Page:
# Understanding Recursion

Rather than using the popular joke about **recursion** *(see bottom)*, I'll reference a very peculiar adage which makes use of this particular mental model:

The **Hogstadter's Law**, states that:

It always takes longer than you expect, even when you take into account

Hofstadter's Law.

See what happened there? The law is a self-referential adage, that tries to *describe the widely experienced difficulty of accuratelly estimate the time it will take to complete tasks of substancial complexity.*

I feel it describes very much my past experience trying to objectively explain the time and budget constrains in a software project where the requirements keep changing. That should be called the **Oschvr's Law**

Anyway, back to topic.

### Definition

Recursionis the process of solving a problem by dividing it into smaller version of the problem.

By this definition, whenever the * division* of a given problem is small enough, it will reach a

*, or when the problem can be solved directly.*

**"base case"**Amazing right? *A problem's solution that calls itself to solve the problem !*

### Rationale

Why do we need

recursion? Can't we just use a loop and get over it?

The answer is ... **it depends**

The fact is that *mathematically*, it makes more sense to use a recursive solution for most problems and for sufficiently large inputs of those problems.

But there will be sometimes where **iterative** solutions make way more sense when the problem tends to be complicated, harder to analyse and generally less efficient with recursion.

For now, let's look at some examples of **recursive implementations** to clarify the concept.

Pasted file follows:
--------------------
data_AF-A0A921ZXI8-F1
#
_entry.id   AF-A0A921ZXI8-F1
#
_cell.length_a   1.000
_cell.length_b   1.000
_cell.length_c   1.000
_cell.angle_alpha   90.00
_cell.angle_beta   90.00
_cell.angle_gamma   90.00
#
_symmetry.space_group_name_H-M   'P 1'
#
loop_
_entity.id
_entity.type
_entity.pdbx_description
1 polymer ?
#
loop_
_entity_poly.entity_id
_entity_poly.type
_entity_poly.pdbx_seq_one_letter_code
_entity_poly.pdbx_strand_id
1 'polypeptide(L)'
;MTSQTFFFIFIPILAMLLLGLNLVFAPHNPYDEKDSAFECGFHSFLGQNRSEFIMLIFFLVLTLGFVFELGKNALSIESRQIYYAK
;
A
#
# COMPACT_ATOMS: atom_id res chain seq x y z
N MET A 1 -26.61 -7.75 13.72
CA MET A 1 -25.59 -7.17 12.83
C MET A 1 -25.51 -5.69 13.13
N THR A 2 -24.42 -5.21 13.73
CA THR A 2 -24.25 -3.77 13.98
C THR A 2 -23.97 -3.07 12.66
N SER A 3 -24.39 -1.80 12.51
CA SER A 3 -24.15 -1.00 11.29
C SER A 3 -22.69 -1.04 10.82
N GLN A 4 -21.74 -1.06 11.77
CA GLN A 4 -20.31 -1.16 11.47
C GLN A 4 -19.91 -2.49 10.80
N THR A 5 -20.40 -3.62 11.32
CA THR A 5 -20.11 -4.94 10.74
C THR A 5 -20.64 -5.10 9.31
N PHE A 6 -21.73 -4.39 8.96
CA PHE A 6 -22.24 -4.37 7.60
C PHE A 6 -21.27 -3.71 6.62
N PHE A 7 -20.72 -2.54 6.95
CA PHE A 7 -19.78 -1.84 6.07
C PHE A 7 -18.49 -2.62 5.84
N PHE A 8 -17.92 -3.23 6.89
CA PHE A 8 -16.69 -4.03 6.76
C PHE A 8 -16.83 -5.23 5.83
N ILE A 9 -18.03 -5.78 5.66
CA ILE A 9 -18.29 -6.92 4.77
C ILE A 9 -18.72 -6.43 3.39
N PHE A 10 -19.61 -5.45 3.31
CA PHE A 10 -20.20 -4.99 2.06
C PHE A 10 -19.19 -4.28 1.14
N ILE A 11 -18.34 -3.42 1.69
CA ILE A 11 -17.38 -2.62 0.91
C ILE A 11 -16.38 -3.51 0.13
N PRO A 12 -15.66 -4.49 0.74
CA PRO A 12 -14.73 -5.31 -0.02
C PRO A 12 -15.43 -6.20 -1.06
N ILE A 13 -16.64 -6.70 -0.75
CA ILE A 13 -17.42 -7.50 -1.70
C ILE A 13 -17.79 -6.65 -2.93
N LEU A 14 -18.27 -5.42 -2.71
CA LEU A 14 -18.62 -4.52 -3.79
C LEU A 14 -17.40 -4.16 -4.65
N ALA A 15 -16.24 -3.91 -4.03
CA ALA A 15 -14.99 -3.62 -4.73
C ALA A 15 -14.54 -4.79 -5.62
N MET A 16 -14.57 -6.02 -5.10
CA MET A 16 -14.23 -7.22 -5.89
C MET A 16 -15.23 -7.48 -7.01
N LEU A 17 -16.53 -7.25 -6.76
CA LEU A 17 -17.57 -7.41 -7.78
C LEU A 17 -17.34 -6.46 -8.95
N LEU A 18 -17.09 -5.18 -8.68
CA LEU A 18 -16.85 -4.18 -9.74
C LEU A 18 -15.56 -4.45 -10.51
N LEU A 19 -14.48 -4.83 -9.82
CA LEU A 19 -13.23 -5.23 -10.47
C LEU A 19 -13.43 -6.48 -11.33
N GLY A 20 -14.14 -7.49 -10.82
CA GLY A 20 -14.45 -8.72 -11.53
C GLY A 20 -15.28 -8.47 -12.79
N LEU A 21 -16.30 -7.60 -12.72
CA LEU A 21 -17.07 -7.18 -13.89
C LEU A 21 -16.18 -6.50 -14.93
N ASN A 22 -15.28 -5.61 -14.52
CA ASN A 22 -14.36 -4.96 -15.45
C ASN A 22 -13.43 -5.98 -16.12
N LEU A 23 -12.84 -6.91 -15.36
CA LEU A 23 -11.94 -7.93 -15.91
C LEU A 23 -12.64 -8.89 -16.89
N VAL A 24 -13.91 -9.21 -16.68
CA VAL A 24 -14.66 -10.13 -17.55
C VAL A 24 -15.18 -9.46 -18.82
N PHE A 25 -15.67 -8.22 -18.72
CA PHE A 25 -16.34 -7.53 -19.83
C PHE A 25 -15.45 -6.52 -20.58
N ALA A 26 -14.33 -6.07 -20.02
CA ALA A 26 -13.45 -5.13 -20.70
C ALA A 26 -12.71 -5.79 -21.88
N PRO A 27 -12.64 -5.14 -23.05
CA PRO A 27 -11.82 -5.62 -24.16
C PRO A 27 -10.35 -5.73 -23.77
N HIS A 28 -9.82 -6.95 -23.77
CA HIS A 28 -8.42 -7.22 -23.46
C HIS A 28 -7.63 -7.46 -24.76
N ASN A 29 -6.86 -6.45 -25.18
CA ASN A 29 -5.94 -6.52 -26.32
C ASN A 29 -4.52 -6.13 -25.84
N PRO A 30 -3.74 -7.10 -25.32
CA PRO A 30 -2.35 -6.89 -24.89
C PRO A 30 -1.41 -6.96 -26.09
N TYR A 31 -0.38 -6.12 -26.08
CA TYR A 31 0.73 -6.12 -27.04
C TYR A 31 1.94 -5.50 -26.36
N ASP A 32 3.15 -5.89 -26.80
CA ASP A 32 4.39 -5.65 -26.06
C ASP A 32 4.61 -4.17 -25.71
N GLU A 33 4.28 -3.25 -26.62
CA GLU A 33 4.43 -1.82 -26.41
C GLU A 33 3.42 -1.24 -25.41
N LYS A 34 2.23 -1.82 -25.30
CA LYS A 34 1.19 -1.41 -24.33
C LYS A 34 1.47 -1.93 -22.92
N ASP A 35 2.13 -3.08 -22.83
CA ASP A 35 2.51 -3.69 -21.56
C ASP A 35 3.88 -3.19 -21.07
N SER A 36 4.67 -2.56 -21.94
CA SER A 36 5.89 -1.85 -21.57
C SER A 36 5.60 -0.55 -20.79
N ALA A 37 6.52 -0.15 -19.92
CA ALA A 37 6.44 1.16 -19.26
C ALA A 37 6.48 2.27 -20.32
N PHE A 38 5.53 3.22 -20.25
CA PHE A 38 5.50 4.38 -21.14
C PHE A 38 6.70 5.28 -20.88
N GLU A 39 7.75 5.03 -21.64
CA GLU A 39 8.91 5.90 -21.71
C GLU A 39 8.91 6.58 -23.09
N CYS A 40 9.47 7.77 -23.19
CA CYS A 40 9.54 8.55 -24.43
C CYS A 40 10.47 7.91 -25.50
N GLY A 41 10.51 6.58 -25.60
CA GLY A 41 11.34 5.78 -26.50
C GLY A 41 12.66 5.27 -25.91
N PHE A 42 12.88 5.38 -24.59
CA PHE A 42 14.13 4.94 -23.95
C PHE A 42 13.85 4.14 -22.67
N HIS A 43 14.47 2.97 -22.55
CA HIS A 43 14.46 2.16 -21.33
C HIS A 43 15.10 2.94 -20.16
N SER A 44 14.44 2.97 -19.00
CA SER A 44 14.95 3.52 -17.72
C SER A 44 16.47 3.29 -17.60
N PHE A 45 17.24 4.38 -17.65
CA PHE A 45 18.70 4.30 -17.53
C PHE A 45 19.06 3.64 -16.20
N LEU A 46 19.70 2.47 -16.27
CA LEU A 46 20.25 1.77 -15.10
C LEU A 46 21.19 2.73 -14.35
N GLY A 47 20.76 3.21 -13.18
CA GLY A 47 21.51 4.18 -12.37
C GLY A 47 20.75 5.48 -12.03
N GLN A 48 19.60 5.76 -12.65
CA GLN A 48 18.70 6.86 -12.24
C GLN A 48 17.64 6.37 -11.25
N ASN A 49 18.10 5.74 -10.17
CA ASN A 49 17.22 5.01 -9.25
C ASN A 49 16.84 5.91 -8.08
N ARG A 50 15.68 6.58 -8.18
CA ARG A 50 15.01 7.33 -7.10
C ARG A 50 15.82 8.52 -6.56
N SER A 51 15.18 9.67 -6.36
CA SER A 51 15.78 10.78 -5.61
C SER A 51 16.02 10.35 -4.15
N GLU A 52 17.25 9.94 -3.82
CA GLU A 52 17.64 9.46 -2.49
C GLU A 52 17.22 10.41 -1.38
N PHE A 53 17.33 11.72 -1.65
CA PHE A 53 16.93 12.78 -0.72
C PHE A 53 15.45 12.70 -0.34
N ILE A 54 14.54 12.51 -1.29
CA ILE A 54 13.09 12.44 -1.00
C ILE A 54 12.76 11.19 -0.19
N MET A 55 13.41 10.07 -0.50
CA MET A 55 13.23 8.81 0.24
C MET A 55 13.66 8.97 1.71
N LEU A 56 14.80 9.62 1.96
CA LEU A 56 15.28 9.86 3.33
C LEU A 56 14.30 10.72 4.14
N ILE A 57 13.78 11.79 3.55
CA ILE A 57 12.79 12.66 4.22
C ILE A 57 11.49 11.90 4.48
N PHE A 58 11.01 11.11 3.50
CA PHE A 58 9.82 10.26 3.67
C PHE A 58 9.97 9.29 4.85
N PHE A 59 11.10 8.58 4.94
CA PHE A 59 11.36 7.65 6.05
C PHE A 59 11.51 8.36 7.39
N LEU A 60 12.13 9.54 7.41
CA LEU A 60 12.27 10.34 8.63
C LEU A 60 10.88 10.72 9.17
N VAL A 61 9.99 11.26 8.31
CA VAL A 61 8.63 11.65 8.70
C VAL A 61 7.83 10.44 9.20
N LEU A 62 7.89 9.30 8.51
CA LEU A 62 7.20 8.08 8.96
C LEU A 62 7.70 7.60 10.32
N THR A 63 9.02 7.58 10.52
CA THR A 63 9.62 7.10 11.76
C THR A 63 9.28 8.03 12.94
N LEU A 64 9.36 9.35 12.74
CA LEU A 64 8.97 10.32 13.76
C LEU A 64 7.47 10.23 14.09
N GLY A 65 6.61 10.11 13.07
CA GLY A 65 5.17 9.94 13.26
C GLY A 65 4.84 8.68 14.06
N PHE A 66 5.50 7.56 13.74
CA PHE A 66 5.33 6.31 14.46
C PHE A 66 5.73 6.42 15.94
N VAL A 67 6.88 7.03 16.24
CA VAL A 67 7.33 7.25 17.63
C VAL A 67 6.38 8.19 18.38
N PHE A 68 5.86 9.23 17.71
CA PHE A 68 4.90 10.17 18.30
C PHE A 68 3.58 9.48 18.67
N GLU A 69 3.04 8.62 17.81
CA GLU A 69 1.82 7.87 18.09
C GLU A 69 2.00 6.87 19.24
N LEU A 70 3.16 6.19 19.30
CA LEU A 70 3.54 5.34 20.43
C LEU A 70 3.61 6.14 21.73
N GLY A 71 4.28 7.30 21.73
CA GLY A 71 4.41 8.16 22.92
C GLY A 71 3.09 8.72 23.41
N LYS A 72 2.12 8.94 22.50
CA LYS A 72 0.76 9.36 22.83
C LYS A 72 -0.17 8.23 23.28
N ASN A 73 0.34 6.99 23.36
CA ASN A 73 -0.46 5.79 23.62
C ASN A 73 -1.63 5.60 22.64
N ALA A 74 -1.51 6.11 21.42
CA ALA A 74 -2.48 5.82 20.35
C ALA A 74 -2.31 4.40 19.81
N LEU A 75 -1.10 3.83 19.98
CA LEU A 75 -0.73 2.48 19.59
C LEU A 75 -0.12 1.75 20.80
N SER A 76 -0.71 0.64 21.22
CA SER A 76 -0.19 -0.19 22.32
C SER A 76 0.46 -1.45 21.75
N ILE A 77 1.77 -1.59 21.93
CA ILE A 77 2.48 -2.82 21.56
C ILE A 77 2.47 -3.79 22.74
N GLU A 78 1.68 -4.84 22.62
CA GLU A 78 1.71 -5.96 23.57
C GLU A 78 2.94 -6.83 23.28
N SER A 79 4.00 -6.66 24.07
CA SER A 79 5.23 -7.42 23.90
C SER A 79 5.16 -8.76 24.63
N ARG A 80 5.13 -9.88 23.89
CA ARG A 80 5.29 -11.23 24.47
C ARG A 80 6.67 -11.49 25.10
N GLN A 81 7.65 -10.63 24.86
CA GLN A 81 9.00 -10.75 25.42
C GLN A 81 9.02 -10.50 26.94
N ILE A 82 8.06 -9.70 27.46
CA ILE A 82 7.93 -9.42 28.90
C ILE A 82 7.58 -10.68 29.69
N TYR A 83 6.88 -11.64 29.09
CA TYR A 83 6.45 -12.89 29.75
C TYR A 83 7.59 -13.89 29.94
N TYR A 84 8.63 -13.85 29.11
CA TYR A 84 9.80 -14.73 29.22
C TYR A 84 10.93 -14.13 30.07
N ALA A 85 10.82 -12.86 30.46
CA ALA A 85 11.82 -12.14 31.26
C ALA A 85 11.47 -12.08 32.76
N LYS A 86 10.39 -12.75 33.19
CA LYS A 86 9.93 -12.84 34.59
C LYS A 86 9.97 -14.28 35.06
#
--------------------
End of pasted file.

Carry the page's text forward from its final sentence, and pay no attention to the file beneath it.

### Example: Substraction

Let's look at a more hands on example in pseudocode:

We have:

*A function definition**A base case**A call to the same function*

This function will substract **1 to x**, recursively until we reach the base case **0**. Here's implemented in Go

```
func main() {
// We want to go from 10 to 0
fmt.Println(recursion(10))
}
func recursion(x int) int {
if x == 0 {
return 0
}
fmt.Print(x, ", ")
return recursion(x - 1)
}
```

This will output:

```
10, 9, 8, 7, 6, 5, 4, 3, 2, 1, 0
```

Let's look at another example.

### Example: Factorial

Factorials are very useful in many areas of mathematics and computer science. Given that:

A

Factorial numberis the product of every whole number from 1 ton

For example if **n = 3**, then **3! = 3 x 2 x 1 = 6**

This is another excellent case where we can apply a **recursive** algorithm to calculate the result.

In pseudocode we will *define our function*, our *base case* and our *recursive call*.

```
// function definition
int factorial(n)
// base case
if (n == 0) {
return 1
}
// recursive call
n * factorial(n - 1)
```

Here's converted go Go, in order to test it:

```
func main() {
fmt.Println(factorial(10))
}
func factorial(n int) int {
if n == 0 {
return 1
}
return n * factorial(n-1)
}
```

The output is:

**3628800**

in 38.27µs

### Example: Fibonacci

The Fibbonacci sequence implementation is a very popular example of a recursive procedure. The formal definition states:

$If n >= 1$

$F(n) = F(n-1) + F(n-2)$

Here's the **recursive** implementation in Go

```
func main() {
start := time.Now()
n := 10
fmt.Println(fibonacci(n))
fmt.Println(time.Since(start))
}
// Recursive fibonacci
// function definition
func fibonacci(n int) int {
// Base case
if n <= 1 {
return n
}
// F(n) = F(n-1) + F(n-2)
return fibonacci(n-1) + fibonacci(n-2)
}
```

The output is

**55**

In 49.64µs

### Conclusion

**Recursion** is one of the fundamental ideas behind *Computer Science*. Although is at first a hard concept to grasp, it **can be understood with practice**.

Many efficient algorithms of sorting and searching use **recursion** at the core to efficiently reduce the computational budget and get to the result faster.

In a following blog post, I will take a look on the computational analysis of recursive algorithms using **Big O** notation, and a couple of techniques and definitions.

Here's the code repo with the examples above.

* In order to understand recursion, you must first understand recursion.